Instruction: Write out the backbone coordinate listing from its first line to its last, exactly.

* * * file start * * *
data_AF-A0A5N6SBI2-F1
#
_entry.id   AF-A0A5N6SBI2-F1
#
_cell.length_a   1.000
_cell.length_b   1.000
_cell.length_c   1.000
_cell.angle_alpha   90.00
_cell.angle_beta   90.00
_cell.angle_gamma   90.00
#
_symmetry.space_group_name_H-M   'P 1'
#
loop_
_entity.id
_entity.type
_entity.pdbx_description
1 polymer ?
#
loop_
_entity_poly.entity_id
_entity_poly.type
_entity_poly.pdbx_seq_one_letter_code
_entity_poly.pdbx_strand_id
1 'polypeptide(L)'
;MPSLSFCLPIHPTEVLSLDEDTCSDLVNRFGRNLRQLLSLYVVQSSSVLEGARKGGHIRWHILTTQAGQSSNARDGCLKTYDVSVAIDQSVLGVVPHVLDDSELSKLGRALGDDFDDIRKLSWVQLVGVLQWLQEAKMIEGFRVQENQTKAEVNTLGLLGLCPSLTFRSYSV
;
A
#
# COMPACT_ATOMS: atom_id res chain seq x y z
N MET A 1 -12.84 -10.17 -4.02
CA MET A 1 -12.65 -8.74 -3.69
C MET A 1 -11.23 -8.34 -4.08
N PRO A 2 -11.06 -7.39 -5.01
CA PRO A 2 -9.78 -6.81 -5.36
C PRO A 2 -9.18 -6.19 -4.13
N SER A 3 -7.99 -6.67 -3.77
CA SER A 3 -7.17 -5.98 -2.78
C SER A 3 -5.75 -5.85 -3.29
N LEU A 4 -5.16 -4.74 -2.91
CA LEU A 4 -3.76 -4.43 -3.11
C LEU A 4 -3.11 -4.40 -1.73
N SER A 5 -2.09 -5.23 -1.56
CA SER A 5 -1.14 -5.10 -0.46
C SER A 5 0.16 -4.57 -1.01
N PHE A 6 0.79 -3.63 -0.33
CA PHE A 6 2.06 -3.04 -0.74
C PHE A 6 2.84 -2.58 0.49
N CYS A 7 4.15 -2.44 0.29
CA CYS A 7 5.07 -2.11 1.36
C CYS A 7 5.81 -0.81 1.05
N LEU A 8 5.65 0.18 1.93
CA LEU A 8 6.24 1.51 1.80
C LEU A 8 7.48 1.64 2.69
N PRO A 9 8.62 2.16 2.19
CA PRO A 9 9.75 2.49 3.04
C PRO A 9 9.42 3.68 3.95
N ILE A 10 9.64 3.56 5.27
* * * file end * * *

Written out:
data_AF-A0A5N6SBI2-F1
#
_entry.id   AF-A0A5N6SBI2-F1
#
_cell.length_a   1.000
_cell.length_b   1.000
_cell.length_c   1.000
_cell.angle_alpha   90.00
_cell.angle_beta   90.00
_cell.angle_gamma   90.00
#
_symmetry.space_group_name_H-M   'P 1'
#
loop_
_entity.id
_entity.type
_entity.pdbx_description
1 polymer ?
#
loop_
_entity_poly.entity_id
_entity_poly.type
_entity_poly.pdbx_seq_one_letter_code
_entity_poly.pdbx_strand_id
1 'polypeptide(L)'
;MPSLSFCLPIHPTEVLSLDEDTCSDLVNRFGRNLRQLLSLYVVQSSSVLEGARKGGHIRWHILTTQAGQSSNARDGCLKTYDVSVAIDQSVLGVVPHVLDDSELSKLGRALGDDFDDIRKLSWVQLVGVLQWLQEAKMIEGFRVQENQTKAEVNTLGLLGLCPSLTFRSYSV
;
A
#
# COMPACT_ATOMS: atom_id res chain seq x y z
N MET A 1 -12.84 -10.17 -4.02
CA MET A 1 -12.65 -8.74 -3.69
C MET A 1 -11.23 -8.34 -4.08
N PRO A 2 -11.06 -7.39 -5.01
CA PRO A 2 -9.78 -6.81 -5.36
C PRO A 2 -9.18 -6.19 -4.13
N SER A 3 -7.99 -6.67 -3.77
CA SER A 3 -7.17 -5.98 -2.78
C SER A 3 -5.75 -5.85 -3.29
N LEU A 4 -5.16 -4.74 -2.91
CA LEU A 4 -3.76 -4.43 -3.11
C LEU A 4 -3.11 -4.40 -1.73
N SER A 5 -2.09 -5.23 -1.56
CA SER A 5 -1.14 -5.10 -0.46
C SER A 5 0.16 -4.57 -1.01
N PHE A 6 0.79 -3.63 -0.33
CA PHE A 6 2.06 -3.04 -0.74
C PHE A 6 2.84 -2.58 0.49
N CYS A 7 4.15 -2.44 0.29
CA CYS A 7 5.07 -2.11 1.36
C CYS A 7 5.81 -0.81 1.05
N LEU A 8 5.65 0.18 1.93
CA LEU A 8 6.24 1.51 1.80
C LEU A 8 7.48 1.64 2.69
N PRO A 9 8.62 2.16 2.19
CA PRO A 9 9.75 2.49 3.04
C PRO A 9 9.42 3.68 3.95
N ILE A 10 9.64 3.56 5.27